The purpose of this paper was to determine the most important changes needed to improve the quality of end-of-life (EOL) care to terminal cancer patients as perceived by experienced oncology nurses. The study was designed as a cross-sectional survey, sampling 1,000 Oncology Nursing Society members from the United States with experience caring for inpatient cancer patients, who could read English, and had experience in EOL care. Eligible nurses responded to an open-ended item sent to them as part of a mailed questionnaire. Nurses were asked to respond to the following question: “If you had the ability to change just one aspect of the end-of-life care given to dying oncology patients, what would it be?” Open-ended text answers were categorized and coded by a team of four nurse researchers. Respondents identified five major and six minor themes they determined as requiring interventions to improve the dying experience for their patients. Major areas identified included better staffing, improvement to the environment, increased education, improvement in issues surrounding physician behaviors, and earlier EOL interventions. Minor areas reflected needs to facilitate a more peaceful death, initiate earlier palliative and hospice interventions, end care deemed futile, and provide for spiritual needs. The suggested improvements shared by shared by oncology nurses provide opportunities to identify and alleviate obstacles in EOL care which may prevent optimal patient quality of life when dying. Improving care in the identified areas may address the many needs of dying oncology patients as nurses become better able to facilitate a quality experience at the end of life.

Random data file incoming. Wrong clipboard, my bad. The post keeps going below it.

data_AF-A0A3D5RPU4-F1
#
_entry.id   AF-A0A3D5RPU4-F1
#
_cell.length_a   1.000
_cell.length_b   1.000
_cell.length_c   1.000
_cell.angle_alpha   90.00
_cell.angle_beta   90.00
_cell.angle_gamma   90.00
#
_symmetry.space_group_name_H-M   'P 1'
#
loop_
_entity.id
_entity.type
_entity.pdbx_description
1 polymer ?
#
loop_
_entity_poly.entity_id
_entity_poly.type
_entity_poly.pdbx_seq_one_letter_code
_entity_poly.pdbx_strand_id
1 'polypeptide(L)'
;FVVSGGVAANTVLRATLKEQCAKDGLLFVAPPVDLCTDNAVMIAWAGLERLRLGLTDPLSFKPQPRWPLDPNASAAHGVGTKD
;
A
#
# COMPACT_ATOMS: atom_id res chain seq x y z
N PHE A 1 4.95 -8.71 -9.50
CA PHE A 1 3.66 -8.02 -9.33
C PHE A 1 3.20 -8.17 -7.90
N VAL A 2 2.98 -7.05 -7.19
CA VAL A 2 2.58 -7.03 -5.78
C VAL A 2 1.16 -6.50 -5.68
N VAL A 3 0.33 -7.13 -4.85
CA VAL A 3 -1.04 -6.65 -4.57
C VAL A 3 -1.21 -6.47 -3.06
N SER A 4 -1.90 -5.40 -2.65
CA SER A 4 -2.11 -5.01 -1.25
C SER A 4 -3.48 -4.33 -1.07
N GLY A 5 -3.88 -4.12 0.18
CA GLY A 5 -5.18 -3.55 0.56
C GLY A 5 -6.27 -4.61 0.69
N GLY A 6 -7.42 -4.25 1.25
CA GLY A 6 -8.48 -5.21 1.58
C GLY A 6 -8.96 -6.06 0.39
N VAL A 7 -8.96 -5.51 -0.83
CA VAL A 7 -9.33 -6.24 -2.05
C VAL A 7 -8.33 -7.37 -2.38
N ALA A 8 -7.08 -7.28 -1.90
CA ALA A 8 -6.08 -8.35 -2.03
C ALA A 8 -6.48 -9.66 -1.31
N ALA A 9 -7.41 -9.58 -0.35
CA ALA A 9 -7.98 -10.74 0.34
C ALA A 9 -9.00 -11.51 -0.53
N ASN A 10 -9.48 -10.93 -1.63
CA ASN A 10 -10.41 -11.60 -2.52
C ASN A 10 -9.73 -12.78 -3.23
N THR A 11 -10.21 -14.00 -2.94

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Obstacles, Oncology, Nurses, End-of-Life Care

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Nursing Commons